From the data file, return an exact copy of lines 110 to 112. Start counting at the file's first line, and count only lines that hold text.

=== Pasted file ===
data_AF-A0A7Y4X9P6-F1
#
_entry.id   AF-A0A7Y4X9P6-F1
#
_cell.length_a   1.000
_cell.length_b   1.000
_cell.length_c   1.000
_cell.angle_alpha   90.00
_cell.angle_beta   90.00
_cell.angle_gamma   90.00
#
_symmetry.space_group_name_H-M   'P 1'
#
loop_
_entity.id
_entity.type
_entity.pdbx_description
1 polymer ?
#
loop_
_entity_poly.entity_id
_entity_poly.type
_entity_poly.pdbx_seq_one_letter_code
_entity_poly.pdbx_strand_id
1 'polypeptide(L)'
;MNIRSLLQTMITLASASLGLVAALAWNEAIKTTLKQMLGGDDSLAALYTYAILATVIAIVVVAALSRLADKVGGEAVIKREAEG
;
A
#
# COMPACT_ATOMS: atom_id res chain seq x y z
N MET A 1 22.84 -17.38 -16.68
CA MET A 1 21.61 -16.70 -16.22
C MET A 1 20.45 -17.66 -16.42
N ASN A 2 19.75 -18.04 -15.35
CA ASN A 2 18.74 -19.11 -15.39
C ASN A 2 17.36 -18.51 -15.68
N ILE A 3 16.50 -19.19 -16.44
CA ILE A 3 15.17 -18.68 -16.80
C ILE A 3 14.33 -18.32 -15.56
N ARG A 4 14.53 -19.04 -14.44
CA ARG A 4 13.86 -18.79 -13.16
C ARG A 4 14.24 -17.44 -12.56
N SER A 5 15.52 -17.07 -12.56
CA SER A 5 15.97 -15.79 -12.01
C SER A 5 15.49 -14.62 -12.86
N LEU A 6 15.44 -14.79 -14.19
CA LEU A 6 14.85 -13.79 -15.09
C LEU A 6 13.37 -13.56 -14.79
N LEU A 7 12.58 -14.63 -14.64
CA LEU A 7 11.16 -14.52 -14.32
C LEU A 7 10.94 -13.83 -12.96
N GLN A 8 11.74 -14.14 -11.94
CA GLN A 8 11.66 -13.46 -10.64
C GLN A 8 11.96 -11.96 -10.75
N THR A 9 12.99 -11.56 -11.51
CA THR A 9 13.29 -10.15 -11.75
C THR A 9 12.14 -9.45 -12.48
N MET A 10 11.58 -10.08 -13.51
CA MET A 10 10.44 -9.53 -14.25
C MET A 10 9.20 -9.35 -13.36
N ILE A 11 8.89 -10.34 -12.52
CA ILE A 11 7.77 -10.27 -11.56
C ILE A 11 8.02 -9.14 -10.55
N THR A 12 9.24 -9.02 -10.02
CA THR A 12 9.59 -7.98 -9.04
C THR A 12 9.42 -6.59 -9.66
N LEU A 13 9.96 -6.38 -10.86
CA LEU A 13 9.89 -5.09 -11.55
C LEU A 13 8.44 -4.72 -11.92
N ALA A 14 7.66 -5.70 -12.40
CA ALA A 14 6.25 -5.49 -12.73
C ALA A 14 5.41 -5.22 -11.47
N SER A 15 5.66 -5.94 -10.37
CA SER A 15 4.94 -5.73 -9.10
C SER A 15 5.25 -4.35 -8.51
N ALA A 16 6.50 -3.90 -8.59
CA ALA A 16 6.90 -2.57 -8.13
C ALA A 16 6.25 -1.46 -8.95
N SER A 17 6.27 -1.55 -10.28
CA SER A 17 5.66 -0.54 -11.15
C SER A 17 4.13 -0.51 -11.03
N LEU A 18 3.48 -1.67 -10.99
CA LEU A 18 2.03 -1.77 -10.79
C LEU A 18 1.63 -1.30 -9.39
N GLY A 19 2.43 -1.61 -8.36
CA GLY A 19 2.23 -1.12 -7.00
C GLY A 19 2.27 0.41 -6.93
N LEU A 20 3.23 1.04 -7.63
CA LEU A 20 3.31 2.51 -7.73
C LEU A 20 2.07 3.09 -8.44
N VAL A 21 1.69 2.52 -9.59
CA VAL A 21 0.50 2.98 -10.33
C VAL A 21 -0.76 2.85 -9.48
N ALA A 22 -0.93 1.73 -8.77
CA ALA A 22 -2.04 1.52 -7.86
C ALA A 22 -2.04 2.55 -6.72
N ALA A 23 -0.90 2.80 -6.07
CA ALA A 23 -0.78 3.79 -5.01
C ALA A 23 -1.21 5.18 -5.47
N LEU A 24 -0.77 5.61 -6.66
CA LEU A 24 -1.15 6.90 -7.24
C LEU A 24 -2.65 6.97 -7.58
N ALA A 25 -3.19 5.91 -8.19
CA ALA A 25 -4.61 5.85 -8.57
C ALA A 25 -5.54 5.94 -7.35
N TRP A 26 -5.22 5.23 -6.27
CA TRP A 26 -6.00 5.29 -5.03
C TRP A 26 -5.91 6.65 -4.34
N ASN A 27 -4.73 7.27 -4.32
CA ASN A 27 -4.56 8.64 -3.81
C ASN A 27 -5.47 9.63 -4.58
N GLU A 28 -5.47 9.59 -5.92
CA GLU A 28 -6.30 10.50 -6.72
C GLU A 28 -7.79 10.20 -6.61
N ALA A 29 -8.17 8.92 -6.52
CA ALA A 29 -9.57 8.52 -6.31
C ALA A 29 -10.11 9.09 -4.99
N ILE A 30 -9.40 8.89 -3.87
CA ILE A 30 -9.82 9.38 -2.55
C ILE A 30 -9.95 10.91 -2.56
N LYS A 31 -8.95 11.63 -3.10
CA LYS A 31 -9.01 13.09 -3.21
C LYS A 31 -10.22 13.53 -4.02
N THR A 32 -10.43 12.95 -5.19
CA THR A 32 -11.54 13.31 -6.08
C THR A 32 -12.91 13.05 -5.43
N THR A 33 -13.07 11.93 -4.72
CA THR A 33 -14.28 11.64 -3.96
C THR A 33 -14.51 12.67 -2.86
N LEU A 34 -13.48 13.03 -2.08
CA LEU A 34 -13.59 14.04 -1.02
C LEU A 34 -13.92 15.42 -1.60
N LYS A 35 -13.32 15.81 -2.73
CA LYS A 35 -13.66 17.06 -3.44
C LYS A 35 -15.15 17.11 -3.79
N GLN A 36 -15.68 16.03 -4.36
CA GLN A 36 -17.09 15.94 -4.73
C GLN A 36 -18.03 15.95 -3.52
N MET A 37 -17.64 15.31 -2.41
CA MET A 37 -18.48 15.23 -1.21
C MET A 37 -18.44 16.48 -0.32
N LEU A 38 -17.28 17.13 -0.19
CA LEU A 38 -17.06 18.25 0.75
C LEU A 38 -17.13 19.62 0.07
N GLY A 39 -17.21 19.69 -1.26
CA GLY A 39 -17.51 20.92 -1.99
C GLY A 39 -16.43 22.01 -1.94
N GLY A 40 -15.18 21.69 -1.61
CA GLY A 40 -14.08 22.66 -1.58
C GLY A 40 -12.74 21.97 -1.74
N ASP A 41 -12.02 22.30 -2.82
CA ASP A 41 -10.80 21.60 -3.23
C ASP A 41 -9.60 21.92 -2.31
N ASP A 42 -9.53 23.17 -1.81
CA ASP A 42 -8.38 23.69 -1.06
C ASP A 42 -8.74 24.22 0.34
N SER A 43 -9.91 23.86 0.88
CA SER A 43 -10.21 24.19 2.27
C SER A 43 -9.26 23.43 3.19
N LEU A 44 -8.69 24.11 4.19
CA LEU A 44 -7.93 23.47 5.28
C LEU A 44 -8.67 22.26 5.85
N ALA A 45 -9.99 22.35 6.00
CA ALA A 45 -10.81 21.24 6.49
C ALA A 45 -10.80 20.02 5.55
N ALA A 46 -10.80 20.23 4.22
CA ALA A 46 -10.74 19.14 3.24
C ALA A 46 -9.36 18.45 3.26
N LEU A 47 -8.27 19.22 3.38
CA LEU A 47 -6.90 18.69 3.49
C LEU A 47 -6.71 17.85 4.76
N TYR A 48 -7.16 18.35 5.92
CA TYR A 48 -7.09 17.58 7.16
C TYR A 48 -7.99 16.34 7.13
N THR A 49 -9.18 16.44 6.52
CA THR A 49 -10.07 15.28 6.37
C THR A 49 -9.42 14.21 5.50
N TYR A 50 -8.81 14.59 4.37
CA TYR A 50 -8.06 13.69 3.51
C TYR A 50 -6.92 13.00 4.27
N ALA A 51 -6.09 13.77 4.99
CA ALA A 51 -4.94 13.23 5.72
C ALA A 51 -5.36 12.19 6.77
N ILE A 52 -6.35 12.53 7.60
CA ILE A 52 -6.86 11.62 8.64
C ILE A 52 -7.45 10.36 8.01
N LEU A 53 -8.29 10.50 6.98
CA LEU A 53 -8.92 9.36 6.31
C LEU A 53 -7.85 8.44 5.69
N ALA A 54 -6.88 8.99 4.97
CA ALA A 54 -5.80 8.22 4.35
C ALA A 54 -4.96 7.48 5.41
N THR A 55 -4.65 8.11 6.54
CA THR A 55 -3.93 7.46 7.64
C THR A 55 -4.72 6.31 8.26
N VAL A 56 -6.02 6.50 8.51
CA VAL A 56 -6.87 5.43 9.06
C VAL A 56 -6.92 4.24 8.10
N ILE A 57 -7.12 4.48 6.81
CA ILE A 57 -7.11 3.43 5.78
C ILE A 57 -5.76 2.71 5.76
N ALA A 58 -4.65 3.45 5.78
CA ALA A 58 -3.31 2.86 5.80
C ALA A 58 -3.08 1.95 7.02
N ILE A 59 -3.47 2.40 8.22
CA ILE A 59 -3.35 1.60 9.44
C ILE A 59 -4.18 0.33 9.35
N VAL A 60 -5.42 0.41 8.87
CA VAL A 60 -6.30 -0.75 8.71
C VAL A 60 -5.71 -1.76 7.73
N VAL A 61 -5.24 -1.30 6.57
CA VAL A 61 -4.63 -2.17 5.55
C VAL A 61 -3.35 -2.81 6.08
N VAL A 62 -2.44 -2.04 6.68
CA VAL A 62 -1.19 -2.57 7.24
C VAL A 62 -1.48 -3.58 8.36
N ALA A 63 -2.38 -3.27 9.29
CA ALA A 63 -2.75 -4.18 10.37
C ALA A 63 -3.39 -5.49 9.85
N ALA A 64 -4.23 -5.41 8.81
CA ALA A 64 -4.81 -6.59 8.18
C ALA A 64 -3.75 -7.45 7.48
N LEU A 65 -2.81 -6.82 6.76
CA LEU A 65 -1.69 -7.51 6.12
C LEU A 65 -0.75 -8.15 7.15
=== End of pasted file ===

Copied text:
CA ASN A 27 -4.56 8.64 -3.81
C ASN A 27 -5.47 9.63 -4.58
N GLU A 28 -5.47 9.59 -5.92